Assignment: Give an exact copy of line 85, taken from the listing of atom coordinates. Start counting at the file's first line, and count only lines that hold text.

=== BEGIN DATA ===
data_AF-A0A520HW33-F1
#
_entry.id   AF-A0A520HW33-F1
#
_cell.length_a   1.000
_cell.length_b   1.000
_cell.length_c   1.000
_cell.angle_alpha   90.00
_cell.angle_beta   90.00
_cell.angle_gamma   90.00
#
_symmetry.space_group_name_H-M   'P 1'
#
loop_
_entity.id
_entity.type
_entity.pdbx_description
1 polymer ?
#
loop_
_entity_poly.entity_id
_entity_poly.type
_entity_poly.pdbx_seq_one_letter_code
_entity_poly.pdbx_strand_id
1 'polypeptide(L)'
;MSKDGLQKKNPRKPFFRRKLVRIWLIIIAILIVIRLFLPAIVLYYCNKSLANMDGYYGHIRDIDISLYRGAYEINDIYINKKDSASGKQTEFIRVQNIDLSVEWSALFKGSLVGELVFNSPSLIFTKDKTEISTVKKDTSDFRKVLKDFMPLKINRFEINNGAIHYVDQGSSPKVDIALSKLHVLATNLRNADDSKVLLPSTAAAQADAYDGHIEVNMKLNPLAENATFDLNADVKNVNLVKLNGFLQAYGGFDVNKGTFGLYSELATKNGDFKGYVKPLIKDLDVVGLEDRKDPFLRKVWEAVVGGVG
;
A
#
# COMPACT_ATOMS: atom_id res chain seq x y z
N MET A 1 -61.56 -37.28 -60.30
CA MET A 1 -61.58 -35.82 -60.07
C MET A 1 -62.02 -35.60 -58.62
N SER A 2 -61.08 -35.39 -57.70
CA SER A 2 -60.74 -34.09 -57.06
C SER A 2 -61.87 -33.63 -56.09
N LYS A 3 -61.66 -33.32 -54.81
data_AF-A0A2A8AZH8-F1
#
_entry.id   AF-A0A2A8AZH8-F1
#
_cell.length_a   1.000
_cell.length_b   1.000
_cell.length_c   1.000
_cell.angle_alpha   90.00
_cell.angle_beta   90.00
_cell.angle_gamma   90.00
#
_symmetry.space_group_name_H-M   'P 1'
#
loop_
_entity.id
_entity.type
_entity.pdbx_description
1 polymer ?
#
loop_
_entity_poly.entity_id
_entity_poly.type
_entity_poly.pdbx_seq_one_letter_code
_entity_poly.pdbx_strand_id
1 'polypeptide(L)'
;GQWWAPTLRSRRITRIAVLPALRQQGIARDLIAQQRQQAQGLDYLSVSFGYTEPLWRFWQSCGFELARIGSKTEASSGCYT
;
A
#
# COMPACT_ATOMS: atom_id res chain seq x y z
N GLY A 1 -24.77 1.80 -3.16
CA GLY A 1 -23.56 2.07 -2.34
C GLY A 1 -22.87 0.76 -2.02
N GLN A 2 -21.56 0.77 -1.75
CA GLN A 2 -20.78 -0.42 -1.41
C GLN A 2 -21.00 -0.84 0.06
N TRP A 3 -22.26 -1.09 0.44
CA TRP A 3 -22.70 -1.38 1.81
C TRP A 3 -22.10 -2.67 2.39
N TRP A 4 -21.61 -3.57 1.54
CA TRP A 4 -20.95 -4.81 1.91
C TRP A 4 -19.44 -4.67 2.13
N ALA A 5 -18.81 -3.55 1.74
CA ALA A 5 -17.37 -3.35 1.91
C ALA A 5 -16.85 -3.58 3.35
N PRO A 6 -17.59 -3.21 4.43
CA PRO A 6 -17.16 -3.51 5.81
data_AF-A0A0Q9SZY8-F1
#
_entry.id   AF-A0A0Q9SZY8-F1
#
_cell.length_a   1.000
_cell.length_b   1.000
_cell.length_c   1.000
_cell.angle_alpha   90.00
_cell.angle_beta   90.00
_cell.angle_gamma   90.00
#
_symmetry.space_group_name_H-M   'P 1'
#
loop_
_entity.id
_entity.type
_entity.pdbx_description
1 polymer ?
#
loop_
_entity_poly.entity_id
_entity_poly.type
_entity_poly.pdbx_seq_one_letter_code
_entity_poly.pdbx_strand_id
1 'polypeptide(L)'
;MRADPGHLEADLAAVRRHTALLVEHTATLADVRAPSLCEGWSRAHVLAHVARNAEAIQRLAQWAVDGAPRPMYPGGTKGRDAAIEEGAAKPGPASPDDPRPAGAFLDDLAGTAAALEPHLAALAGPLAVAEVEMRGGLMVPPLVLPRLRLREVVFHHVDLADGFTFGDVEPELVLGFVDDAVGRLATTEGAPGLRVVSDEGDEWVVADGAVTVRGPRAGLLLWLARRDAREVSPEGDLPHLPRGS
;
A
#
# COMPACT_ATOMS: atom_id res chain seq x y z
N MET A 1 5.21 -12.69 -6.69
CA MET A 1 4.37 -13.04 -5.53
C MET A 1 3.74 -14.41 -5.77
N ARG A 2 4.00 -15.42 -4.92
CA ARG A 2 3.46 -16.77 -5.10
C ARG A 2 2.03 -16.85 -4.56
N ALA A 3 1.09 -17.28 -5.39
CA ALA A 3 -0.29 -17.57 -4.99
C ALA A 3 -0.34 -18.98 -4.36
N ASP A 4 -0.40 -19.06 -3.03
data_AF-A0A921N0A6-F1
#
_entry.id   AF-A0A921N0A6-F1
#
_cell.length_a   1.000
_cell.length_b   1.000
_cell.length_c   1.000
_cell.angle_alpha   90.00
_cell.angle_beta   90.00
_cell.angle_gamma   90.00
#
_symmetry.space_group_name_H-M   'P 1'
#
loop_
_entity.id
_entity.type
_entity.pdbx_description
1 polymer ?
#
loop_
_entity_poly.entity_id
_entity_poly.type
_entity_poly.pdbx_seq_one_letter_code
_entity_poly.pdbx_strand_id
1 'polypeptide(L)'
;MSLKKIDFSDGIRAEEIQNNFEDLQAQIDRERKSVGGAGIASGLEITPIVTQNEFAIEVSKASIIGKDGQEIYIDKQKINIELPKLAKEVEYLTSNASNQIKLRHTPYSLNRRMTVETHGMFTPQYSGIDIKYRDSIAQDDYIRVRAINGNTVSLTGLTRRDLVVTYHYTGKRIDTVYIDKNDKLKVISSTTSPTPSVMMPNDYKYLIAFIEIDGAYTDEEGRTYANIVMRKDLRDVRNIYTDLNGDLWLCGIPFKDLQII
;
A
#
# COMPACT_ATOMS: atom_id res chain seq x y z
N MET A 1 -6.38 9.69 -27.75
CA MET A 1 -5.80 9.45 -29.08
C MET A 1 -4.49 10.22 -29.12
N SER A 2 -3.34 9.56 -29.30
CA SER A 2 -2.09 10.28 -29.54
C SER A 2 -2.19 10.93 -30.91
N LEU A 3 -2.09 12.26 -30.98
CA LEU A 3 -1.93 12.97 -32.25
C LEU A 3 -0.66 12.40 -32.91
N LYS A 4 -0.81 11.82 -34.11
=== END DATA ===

data_AF-A0A0Q9SZY8-F1